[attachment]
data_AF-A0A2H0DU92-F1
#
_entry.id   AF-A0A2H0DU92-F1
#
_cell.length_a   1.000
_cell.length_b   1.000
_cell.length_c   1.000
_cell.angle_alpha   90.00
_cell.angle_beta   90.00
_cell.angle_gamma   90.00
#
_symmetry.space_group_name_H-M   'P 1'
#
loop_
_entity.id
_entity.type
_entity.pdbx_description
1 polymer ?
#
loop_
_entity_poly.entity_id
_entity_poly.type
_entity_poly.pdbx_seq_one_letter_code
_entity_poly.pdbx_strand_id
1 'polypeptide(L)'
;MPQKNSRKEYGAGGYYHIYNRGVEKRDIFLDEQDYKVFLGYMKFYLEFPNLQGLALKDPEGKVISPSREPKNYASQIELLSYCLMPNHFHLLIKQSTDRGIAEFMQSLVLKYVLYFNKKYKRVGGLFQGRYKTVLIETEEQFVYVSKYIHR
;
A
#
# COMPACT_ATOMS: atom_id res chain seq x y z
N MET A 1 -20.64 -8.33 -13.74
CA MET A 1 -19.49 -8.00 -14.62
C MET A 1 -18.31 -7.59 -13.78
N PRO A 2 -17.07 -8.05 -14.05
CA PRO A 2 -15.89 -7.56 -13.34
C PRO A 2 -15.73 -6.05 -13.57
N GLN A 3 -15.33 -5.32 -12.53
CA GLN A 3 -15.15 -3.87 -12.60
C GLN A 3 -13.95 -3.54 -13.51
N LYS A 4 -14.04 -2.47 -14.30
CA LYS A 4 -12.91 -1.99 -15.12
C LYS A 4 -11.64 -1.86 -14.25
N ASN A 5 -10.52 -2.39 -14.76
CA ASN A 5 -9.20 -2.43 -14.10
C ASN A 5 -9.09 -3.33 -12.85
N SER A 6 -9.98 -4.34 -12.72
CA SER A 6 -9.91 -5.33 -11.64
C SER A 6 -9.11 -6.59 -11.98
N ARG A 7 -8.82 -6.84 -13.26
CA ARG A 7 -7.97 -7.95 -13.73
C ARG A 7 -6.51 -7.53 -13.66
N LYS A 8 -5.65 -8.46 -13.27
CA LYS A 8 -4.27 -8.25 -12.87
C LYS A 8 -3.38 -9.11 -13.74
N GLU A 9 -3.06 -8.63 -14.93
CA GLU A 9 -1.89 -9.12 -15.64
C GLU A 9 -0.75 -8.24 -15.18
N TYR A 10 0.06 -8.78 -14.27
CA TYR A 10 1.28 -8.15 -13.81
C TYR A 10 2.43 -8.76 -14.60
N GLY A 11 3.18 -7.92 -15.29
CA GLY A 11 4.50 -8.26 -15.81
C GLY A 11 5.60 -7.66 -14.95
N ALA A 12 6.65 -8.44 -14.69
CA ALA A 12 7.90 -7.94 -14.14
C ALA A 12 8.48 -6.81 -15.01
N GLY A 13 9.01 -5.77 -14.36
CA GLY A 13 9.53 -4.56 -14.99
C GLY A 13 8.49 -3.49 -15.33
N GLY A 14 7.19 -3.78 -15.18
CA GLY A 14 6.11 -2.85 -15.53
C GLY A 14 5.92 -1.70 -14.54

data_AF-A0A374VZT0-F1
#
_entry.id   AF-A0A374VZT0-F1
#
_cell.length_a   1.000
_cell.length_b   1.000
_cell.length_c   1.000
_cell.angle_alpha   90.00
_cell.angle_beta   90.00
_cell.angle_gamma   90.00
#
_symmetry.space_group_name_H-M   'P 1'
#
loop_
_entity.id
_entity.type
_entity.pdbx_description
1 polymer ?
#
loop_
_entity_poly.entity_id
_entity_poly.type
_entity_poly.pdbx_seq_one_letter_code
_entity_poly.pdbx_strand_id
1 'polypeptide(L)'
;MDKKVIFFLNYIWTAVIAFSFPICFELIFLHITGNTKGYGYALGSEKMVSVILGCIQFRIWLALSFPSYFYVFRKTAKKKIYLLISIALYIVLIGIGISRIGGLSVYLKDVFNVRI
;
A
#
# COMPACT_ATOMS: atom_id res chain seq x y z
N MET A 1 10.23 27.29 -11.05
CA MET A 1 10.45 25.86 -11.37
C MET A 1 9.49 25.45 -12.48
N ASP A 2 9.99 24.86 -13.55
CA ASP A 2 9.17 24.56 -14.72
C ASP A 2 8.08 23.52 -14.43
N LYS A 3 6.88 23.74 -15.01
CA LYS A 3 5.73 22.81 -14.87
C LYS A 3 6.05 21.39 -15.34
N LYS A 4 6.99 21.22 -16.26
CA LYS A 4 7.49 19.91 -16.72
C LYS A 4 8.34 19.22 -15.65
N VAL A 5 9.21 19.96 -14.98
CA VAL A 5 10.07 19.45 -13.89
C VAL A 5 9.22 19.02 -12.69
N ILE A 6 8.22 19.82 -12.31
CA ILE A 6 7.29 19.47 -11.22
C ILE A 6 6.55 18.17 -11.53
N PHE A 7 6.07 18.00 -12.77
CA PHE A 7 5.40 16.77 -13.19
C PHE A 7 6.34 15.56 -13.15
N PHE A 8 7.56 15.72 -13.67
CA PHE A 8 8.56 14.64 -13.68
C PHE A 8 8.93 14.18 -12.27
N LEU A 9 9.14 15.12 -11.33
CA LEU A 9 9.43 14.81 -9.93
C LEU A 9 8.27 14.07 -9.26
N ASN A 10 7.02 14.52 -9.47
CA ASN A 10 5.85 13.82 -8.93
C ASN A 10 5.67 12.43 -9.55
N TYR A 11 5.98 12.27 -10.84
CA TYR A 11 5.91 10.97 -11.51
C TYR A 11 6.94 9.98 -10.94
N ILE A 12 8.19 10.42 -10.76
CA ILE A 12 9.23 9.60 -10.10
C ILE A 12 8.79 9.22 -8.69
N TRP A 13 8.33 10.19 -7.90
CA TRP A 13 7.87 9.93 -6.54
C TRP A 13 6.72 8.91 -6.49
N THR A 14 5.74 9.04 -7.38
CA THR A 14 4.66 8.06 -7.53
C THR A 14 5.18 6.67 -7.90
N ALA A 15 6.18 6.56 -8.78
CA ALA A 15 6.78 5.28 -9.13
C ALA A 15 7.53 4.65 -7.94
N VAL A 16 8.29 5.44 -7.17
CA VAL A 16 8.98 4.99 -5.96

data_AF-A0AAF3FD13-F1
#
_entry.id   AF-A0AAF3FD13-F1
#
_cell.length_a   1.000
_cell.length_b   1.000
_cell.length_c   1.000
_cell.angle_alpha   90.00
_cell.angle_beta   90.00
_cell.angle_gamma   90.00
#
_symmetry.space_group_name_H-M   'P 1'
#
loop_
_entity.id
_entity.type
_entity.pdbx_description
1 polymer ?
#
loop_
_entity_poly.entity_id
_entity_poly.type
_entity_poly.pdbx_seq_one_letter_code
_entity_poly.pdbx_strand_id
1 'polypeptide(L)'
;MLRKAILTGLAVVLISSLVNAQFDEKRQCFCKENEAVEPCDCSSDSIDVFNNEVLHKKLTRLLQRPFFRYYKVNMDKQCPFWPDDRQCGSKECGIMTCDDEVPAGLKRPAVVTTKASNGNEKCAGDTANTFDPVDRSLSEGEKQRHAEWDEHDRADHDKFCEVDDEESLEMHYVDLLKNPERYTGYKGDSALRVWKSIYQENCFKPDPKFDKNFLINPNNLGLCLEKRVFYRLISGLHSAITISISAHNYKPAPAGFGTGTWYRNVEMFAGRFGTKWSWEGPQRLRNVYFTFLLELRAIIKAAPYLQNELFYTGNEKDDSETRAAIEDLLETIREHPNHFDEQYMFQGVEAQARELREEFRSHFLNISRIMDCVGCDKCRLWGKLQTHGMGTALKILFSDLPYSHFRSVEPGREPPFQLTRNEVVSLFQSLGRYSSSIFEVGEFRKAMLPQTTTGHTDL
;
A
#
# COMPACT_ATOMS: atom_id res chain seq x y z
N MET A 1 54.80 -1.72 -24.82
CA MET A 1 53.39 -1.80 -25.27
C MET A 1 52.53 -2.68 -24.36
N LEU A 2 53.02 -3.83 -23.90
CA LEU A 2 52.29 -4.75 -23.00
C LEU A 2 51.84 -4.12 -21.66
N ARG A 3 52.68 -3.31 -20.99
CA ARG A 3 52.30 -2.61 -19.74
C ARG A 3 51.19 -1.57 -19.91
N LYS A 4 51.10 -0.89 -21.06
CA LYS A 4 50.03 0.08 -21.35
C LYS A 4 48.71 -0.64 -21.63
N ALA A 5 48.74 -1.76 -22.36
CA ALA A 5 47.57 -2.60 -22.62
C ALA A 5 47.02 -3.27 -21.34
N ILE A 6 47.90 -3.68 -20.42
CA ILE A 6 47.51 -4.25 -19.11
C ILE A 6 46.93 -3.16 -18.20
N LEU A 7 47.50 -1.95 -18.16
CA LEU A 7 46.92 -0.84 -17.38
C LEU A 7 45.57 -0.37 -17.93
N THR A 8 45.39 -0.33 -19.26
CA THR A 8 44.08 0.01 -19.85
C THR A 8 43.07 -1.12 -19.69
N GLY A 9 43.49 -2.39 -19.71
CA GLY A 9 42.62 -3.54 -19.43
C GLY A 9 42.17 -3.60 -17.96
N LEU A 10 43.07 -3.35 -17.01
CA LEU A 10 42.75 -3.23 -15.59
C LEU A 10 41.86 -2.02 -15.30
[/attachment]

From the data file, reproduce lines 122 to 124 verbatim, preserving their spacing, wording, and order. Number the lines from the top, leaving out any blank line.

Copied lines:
CA PHE A 7 5.40 16.77 -13.19
C PHE A 7 6.34 15.56 -13.15
N PHE A 8 7.56 15.72 -13.67